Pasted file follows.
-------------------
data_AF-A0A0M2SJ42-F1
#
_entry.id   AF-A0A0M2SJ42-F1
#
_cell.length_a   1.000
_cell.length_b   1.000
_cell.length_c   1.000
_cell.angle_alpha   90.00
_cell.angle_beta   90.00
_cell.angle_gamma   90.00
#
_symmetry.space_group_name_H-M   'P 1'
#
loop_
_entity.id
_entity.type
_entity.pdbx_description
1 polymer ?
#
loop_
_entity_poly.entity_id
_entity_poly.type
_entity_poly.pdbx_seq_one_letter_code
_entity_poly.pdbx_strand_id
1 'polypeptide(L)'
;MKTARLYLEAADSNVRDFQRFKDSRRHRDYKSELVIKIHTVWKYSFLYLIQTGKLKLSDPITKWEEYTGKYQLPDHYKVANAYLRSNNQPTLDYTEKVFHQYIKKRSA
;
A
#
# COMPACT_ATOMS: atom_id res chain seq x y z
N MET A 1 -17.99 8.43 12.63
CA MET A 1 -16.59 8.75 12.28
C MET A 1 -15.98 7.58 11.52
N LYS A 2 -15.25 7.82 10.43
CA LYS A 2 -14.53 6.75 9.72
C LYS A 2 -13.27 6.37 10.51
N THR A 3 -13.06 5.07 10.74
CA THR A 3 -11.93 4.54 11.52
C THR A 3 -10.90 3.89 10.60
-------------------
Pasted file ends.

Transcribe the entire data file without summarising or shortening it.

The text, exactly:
data_AF-A0A0M2SJ42-F1
#
_entry.id   AF-A0A0M2SJ42-F1
#
_cell.length_a   1.000
_cell.length_b   1.000
_cell.length_c   1.000
_cell.angle_alpha   90.00
_cell.angle_beta   90.00
_cell.angle_gamma   90.00
#
_symmetry.space_group_name_H-M   'P 1'
#
loop_
_entity.id
_entity.type
_entity.pdbx_description
1 polymer ?
#
loop_
_entity_poly.entity_id
_entity_poly.type
_entity_poly.pdbx_seq_one_letter_code
_entity_poly.pdbx_strand_id
1 'polypeptide(L)'
;MKTARLYLEAADSNVRDFQRFKDSRRHRDYKSELVIKIHTVWKYSFLYLIQTGKLKLSDPITKWEEYTGKYQLPDHYKVANAYLRSNNQPTLDYTEKVFHQYIKKRSA
;
A
#
# COMPACT_ATOMS: atom_id res chain seq x y z
N MET A 1 -17.99 8.43 12.63
CA MET A 1 -16.59 8.75 12.28
C MET A 1 -15.98 7.58 11.52
N LYS A 2 -15.25 7.82 10.43
CA LYS A 2 -14.53 6.75 9.72
C LYS A 2 -13.27 6.37 10.51
N THR A 3 -13.06 5.07 10.74
CA THR A 3 -11.93 4.54 11.52
C THR A 3 -10.90 3.89 10.60